Huntington UFSD is putting out a call for folks interested in helping to restart the Huntington High School Alumni Association, which traces its history back to 1886, but is currently in an inactive state.
There are tens of thousands of Huntington alumni residing in the community and across the country. District officials are hopeful that one or more will to consider putting together a small group of individuals to assume leadership positions and reconstitute the Alumni Association.
Interested? Send a message to Huntington UFSD Superintendent James W. Polansky at firstname.lastname@example.org. The district will provide those who step forward with assistance in helping to get the alumni organization back up and running.
A thriving organization would benefit current students in a variety of ways, including mentoring and college and employment counseling and guidance.
The Huntington High School Alumni Association has one of the longest histories of any such organization in the state – perhaps the longest. Research has traced the founding of the alumni group to a meeting that was held on May 25, 1886. The documentation is solid, consisting of the handwritten minutes of the session.
Huntington Alumni Association History
“In response to a circular sent out by a committee of graduates of the Huntington High School, a meeting was held at the school rooms on May 25, 1886 to make arrangements for the formation of an Alumni Association,” states the handwritten account contained in a journal found among the collection of artifacts housed in Huntington’s School Heritage Museum.
“A committee was appointed with full powers to carry out the desires of those present and make all necessary arrangements,” states the account. “This committee met at the residence of Rev. S.J. Carter on Monday evening, May 31 and adopted a constitution for submission to the Association. They called another meeting to be held at the same place on Thursday, June 3. At this meeting, the various subcommittees received their final instructions and all arrangements were completed for the meeting to be held June 28.”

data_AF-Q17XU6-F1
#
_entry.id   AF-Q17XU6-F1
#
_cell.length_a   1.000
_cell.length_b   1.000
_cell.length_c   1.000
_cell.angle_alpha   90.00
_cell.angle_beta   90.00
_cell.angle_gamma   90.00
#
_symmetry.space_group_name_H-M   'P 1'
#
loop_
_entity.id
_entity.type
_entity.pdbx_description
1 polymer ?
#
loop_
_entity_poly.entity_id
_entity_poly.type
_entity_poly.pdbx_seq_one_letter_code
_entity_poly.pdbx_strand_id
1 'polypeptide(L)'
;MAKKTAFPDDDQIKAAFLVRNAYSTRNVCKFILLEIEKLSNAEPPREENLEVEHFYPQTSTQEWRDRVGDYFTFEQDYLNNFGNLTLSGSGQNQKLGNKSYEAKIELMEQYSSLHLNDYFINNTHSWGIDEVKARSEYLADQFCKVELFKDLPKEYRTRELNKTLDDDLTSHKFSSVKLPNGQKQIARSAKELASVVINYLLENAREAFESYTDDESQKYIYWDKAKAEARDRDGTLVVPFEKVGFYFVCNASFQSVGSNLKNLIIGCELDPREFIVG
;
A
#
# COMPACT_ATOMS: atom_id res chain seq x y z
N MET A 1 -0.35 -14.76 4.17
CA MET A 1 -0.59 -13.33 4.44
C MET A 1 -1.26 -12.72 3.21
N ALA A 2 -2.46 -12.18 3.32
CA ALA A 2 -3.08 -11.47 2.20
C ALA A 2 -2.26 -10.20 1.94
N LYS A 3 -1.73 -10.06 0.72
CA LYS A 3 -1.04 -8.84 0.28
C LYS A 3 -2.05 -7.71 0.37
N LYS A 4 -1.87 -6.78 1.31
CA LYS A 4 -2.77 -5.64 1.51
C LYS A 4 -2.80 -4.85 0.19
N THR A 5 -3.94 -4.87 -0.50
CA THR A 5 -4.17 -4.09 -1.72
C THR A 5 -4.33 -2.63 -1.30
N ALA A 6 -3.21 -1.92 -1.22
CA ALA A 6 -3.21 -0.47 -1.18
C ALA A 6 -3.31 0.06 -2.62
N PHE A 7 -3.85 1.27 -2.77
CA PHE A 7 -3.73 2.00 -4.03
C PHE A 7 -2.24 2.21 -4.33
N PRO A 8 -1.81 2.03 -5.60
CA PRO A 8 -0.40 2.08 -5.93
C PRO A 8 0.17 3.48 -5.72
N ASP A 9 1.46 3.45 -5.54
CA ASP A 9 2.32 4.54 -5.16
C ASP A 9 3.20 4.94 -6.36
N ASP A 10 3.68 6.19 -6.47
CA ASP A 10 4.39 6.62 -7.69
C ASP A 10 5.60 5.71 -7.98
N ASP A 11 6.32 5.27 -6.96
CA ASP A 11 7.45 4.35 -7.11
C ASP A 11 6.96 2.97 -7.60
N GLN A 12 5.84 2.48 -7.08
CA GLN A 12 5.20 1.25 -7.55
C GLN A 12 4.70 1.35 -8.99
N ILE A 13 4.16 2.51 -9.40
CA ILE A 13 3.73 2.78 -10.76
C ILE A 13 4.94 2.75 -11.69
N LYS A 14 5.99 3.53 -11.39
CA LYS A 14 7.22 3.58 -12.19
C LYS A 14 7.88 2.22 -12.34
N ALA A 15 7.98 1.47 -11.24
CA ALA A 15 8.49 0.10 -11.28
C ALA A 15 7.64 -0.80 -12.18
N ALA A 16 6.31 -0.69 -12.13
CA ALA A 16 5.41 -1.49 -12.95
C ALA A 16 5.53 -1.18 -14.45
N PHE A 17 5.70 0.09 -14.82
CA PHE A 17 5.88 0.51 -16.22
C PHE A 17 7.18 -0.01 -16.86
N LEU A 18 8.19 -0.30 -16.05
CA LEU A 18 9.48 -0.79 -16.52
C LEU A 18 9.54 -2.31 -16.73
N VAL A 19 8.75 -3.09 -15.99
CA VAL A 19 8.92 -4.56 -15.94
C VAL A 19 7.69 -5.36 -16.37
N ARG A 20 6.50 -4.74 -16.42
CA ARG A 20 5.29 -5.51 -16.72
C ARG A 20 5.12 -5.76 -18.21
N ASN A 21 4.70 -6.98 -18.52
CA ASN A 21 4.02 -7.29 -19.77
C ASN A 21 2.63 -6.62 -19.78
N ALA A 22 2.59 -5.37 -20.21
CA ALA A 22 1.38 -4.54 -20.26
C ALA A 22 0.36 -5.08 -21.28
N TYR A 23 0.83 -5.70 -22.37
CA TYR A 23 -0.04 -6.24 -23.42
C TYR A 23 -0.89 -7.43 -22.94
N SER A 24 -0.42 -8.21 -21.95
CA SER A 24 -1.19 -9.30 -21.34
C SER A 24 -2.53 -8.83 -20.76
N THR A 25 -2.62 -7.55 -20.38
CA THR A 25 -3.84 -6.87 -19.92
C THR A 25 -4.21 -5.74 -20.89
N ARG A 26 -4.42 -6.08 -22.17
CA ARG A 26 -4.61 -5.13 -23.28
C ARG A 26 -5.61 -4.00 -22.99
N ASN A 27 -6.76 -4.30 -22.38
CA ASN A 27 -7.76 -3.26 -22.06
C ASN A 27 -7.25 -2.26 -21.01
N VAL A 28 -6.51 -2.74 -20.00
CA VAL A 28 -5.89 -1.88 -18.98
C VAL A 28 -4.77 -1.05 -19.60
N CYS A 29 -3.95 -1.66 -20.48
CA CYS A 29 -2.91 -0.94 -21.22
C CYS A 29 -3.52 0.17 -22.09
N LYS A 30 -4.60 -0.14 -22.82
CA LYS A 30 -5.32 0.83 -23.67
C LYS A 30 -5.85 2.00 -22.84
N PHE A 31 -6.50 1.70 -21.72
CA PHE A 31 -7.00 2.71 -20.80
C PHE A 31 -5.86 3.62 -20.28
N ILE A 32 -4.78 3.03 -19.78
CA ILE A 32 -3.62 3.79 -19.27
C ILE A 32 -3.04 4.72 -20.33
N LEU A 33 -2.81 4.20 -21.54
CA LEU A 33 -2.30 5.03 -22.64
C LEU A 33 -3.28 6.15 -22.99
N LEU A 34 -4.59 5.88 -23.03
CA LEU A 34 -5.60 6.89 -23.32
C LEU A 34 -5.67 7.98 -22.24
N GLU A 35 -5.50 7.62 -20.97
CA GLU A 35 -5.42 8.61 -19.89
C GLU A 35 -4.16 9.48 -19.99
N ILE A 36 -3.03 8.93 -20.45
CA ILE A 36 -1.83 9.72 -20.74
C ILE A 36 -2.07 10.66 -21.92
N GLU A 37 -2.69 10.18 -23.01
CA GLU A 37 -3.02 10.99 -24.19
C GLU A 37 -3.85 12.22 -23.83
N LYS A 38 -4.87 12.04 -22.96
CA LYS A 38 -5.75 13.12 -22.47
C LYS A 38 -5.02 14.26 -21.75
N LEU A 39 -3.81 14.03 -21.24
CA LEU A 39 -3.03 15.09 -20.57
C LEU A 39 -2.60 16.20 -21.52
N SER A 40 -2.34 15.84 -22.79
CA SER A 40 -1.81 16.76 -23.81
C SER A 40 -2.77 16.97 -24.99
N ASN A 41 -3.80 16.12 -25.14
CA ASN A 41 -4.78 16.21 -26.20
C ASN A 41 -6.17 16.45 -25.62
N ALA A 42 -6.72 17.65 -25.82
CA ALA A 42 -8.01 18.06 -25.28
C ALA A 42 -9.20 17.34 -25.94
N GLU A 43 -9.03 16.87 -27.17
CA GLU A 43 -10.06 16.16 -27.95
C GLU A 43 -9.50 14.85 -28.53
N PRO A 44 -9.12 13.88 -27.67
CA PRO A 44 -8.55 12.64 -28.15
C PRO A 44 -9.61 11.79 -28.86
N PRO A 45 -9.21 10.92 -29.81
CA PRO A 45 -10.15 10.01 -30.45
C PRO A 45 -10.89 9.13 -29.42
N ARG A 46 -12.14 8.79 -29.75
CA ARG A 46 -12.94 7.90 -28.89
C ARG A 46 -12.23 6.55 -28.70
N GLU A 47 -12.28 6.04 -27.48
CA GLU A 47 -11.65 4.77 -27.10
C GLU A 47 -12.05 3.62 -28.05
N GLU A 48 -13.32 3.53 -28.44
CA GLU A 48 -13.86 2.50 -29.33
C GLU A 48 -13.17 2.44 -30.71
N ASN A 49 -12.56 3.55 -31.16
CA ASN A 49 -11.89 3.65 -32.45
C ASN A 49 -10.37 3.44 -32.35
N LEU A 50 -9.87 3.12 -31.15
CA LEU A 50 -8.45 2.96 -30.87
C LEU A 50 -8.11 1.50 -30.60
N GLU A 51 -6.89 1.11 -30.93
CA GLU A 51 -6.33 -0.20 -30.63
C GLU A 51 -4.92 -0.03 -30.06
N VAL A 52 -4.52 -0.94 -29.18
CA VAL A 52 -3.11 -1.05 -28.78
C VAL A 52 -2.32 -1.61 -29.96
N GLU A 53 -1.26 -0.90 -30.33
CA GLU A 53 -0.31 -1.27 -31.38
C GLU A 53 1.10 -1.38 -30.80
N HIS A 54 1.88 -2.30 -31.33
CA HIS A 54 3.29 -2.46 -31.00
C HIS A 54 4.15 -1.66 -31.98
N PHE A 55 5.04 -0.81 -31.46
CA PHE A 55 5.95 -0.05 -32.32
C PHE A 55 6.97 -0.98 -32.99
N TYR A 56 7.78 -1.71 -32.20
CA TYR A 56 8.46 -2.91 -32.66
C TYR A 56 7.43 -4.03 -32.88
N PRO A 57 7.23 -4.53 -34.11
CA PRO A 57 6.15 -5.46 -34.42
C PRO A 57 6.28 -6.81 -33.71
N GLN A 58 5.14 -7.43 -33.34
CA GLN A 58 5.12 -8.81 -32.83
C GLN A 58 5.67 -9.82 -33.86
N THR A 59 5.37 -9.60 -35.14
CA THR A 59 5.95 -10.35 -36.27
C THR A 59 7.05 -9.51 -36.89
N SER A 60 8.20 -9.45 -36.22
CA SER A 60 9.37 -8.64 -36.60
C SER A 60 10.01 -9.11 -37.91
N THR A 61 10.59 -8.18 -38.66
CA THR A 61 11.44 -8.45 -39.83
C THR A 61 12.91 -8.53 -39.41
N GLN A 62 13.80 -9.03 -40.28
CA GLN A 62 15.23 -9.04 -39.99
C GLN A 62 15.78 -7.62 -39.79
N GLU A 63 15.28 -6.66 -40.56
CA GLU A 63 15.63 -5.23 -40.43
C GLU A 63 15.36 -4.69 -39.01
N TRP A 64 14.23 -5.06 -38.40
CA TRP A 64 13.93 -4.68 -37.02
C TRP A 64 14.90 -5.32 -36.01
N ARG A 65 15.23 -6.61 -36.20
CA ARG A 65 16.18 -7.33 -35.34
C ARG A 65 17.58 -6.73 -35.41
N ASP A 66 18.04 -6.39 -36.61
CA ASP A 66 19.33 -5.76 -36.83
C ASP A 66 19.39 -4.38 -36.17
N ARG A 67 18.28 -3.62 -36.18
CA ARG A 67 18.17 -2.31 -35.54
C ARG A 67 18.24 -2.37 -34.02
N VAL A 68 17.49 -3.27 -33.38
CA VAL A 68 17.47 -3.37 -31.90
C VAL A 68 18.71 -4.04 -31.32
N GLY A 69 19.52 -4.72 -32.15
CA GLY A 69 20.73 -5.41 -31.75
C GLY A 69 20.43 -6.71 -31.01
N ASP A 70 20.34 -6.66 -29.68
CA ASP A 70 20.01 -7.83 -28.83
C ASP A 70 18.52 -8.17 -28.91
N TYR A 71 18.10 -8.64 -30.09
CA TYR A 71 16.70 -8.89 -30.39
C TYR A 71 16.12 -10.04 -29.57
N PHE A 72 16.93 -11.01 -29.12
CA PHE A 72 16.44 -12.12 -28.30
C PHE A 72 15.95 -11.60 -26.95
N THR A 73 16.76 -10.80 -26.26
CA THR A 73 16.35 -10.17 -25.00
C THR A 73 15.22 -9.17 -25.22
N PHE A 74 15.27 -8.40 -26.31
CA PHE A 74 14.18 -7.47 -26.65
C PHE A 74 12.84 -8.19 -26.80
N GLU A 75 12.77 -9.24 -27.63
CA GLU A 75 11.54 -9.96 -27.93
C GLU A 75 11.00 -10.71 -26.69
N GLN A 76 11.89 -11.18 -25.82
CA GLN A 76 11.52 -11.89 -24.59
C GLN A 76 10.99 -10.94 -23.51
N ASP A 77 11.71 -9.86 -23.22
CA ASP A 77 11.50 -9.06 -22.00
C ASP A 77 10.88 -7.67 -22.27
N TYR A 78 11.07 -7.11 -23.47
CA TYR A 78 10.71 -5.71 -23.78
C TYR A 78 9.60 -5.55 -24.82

The Alumni Association’s first “annual” meeting was held in the old Union School on Main Street on June 28 at 8 p.m. “About one hundred of the graduates were present and answered to the roll call of their names,” states the 1886 account. “The names of those present were recorded by the secretary, Mr. Douglas Conklin. The constitution, as drawn up, was read by the secretary.
Following adoption of the constitution, Class of 1864 member Charles E. Shepard was elected as the organization’s first president. George C. Hendrickson (Class of 1871) and Mrs. Samuel T. Carter, Jr. (Class of 1882) were both chosen as vice presidents. Jarvis E. Smith (Class of 1885) was elected to serve as secretary and Harry H. Funnell (Class of 1877) was tapped as the treasurer.
Once the Alumni Association’s first ever business meeting had wrapped up, a social complete with entertainment kicked off. The spouses of married graduates were invited along with members of the Huntington Board of Education and current faculty members.
The social began with the alumni members singing “Auld Lang Syne” in chorus. Letters and telegrams from alums unable to make the gathering were then read to the crowd. Several soloists and violinists performed between reports from each individual graduating class. The social included refreshments, sandwiches, cake and coffee.
Algernon S. Higgins, the founding principal of the Union School when it opened in November1858 also spoke at that first Alumni Association meeting, delivering “a very interesting address,” according to the handwritten minutes. (The Union School was renamed Huntington High School in 1897. In addition to his duties as principal, Mr. Higgins also taught most subjects.
The organization was officially named “The Alumni Association of the Huntington Union School.” Article III of the first constitution stated that “any graduate of the school shall be eligible to membership in the Association.”